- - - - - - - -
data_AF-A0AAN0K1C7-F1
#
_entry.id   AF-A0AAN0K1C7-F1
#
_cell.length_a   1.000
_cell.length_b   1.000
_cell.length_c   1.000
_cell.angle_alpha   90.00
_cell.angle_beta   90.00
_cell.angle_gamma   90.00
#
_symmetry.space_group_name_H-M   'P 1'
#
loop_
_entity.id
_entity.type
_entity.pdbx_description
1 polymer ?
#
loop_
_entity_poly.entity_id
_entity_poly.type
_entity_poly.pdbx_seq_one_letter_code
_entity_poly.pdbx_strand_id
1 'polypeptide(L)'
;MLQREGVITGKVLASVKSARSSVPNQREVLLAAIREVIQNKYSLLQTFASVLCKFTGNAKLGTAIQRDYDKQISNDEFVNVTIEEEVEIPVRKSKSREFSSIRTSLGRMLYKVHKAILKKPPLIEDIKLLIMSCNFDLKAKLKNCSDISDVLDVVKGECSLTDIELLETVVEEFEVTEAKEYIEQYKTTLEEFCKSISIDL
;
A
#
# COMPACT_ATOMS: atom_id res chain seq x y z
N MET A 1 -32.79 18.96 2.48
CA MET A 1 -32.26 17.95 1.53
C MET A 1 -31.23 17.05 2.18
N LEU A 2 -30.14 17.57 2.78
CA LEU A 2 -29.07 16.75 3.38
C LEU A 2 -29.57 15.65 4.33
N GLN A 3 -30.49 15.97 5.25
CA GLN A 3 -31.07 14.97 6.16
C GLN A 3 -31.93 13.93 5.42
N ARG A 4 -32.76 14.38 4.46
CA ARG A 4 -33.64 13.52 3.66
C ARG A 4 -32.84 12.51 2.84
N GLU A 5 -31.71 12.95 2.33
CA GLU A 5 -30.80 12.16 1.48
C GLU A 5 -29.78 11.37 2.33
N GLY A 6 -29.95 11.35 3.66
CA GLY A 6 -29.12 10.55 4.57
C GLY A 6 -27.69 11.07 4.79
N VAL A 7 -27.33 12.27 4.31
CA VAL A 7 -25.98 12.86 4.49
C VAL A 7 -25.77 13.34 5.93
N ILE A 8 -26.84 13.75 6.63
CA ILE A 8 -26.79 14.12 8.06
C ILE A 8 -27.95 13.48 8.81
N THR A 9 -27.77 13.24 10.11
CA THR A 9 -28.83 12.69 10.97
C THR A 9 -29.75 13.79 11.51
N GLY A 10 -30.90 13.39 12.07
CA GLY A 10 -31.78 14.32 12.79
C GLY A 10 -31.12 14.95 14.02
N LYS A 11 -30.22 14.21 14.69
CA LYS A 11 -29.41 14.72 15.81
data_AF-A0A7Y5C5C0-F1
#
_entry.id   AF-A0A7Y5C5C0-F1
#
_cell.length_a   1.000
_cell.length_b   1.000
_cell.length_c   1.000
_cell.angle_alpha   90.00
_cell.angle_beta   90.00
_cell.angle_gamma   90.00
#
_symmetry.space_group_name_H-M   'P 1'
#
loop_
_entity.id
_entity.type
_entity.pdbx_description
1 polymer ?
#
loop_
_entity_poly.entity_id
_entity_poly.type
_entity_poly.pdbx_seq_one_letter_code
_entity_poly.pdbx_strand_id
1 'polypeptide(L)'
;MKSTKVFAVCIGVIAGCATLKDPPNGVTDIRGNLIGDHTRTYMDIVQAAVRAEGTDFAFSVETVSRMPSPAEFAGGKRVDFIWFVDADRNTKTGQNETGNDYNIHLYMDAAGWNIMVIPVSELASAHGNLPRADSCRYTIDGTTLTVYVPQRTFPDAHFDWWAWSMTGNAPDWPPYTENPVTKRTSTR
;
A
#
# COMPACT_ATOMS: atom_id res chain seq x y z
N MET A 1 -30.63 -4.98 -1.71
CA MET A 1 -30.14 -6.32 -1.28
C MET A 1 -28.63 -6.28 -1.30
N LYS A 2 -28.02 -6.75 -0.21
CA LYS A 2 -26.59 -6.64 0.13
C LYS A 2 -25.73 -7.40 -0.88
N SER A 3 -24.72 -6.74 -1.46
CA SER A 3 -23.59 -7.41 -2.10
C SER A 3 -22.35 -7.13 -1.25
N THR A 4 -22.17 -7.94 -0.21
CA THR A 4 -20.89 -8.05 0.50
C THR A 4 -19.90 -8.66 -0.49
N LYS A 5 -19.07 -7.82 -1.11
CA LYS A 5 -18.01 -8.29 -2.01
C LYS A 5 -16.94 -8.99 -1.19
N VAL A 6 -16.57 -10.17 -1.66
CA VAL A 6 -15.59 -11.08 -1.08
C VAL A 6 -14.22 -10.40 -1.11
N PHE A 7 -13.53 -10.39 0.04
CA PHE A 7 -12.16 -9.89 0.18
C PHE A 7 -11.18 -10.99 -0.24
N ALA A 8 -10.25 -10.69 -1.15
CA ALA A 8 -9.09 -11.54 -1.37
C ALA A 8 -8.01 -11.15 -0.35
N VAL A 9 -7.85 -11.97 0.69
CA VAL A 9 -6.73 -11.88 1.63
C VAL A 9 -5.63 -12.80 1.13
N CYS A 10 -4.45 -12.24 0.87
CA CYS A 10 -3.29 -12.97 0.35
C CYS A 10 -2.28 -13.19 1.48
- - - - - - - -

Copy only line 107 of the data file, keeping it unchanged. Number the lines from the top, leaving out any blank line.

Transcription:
C LYS A 5 -16.94 -8.99 -1.19